China makes $15b direct investment in Africa – Statement

Statistics show that about 18,000 Chinese companies have invested overseas, mainly in the developing world.

By the end of 2011, China has executed more than 2,200 projects for less-developed countries to the benefit of local people.

A statement signed by Mr. Shao Haijun, Bureau Chief of Xinhua News Agency Accra Bureau, copied to the Ghana News Agency (GNA), said with direct investment in Africa totaling nearly $15 billion, less-developed countries have been exempted from the re-payment of 4.8 billion dollars debts.

It said, a decade ago, in 2000, the Forum on China and Africa Cooperation was established and since then, there has been rapid development in the economic relations between China and Africa.

The statement said in June, this year, Ghana signed a $3 billion Chinese Master Facility Agreement with the China Development Bank.

“Looking back, one can see that burgeoning development of China has brought huge vigour and vitality to world peace and development over the past decade, as a number of facts and statistics prove it,” it said.

The statement said African countries were eager to reduce poverty, create jobs and increase economic growth.

It said Mr Hu Jintao, President of China, has pledged to offer 20 billion US dollars as loans to African countries to support infrastructure, industries and small-scale businesses to boost the continent’s development agenda.

“China is already playing an increasingly helpful role in Africa’s developmental process,” the statement said.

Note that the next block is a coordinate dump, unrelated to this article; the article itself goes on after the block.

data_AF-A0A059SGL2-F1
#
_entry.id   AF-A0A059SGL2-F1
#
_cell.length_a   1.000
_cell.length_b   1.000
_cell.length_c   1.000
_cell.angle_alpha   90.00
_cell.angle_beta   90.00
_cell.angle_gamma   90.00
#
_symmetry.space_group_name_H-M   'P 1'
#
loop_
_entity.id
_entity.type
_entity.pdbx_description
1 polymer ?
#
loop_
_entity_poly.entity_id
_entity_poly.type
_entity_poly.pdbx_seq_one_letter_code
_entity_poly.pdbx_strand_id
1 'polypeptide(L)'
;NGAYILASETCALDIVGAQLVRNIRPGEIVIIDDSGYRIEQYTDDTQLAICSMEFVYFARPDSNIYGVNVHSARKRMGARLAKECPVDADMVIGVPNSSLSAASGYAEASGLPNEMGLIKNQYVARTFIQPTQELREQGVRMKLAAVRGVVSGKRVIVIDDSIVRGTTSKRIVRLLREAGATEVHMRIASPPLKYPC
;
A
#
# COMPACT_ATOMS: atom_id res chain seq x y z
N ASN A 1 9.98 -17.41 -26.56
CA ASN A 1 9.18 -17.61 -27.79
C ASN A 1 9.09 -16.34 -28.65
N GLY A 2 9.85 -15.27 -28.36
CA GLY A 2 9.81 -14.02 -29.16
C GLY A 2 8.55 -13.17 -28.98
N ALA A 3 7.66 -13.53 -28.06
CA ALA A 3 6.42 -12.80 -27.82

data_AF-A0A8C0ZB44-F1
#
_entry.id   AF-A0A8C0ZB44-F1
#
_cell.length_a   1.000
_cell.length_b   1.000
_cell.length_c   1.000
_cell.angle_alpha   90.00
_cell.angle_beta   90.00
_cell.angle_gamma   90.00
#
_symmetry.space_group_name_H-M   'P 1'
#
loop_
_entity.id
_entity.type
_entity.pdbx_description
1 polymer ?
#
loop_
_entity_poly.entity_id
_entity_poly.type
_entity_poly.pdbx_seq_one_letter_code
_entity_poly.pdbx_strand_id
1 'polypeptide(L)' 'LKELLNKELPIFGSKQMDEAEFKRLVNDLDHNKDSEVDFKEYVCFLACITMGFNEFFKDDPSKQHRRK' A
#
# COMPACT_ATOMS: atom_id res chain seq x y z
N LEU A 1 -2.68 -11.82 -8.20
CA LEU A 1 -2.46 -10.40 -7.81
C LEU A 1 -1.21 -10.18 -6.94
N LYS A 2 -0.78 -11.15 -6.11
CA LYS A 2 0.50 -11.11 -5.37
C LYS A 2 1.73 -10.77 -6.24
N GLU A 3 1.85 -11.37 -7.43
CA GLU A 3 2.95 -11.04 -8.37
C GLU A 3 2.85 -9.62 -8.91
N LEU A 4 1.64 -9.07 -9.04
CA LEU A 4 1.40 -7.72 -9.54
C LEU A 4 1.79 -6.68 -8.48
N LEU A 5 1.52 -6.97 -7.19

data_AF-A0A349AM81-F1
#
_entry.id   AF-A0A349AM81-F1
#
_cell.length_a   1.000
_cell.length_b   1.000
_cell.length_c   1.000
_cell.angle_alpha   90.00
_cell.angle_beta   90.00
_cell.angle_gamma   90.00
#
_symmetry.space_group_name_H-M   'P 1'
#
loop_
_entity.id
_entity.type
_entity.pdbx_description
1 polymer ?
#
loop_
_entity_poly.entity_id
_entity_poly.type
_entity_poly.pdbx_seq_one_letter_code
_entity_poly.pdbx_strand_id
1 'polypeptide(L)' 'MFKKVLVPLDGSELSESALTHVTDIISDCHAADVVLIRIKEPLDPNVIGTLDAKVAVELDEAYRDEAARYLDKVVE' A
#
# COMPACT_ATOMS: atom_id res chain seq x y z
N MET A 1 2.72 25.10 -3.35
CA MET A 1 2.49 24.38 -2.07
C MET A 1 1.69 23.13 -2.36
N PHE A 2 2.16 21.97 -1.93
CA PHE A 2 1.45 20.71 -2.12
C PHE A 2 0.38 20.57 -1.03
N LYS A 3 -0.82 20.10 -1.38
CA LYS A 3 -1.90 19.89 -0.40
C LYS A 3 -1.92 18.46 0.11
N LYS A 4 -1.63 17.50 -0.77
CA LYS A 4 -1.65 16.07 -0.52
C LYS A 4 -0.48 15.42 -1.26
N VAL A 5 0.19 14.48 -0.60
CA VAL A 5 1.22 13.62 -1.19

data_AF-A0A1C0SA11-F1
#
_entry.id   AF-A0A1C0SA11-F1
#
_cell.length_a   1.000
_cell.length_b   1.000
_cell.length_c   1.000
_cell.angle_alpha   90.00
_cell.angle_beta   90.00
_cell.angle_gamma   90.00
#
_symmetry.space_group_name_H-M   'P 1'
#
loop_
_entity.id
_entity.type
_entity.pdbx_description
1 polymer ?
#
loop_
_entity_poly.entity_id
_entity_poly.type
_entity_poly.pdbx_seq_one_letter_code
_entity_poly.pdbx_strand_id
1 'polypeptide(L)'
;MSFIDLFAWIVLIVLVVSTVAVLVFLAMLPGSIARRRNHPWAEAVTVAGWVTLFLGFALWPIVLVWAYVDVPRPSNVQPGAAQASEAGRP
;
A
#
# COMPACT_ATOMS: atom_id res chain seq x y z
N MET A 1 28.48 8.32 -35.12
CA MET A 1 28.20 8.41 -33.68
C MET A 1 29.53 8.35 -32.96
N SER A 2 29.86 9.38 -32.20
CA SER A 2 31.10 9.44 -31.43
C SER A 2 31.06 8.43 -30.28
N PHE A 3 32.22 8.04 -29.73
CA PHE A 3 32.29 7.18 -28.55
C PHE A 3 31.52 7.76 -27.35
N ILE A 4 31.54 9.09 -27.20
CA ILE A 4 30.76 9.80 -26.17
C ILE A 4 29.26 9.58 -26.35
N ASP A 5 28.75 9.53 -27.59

It said Ghana’s former President John Agyekum Kufuor lauded the growing bilateral trade between Africa and China, as well as the support African countries had been receiving from their Asian partner.

Although China has accumulated wealth during its rapid economic development, it was crucial to narrow the widening earnings gap through income distribution reform, the statement said.

It said narrowing the income gap and balancing the efficiency and equity in development would be a major task for the ruling Communist Party of China (CPC).

According to the statement, Mr. Haijun said China’s State Council decided to establish an overall income distribution plan by the end of the year and added that the Council had high hopes for the upcoming 18th national congress of the CPC.

It said the plan would focus on improving earnings for low-income groups and capping high wages by breaking up monopolies through opening up state sectors to private investors.

The statement said the Council would also regulate the economic sectors by levying higher tax rates on state-owned enterprises.

It said China has been working on income distribution reform since 2004, but people’s expectations have not been met.

The statement said: “State-run monopolized sectors have become a major target of public complaints”.

It said the income gap was becoming ever wider along the road of development, as everyone in society could feel it.

The statement said unfair income distribution has been seen by many economists as a major obstacle in deepening economic reforms and transformation of mode of growth of some countries.

It said the widening income gap has resulted in increasing public complaints and sometimes social conflicts.

According to the statement, “China has successfully solved food and clothing problems of its people but there is still a long way to go in building a well-off society in an all-round way.  Making more people share the fruits of economic development will be a crucial step toward that goal.”

The ruling CPC with about 2,270 Deputies held its 18th National Congress on November 8, 2012.

The Congress is crucial as it concerns leadership change and the direction of reforms and major national policies in the next decade.

Mr. Haijun said China has gone through the necessary reforms and emerged as the world’s second largest economy.

He said China, arguably the most vibrant economy in the world today, provides very useful lessons for Africa and, indeed, most third world countries, especially with regard to its political, social and economic reforms.

Source: GNA

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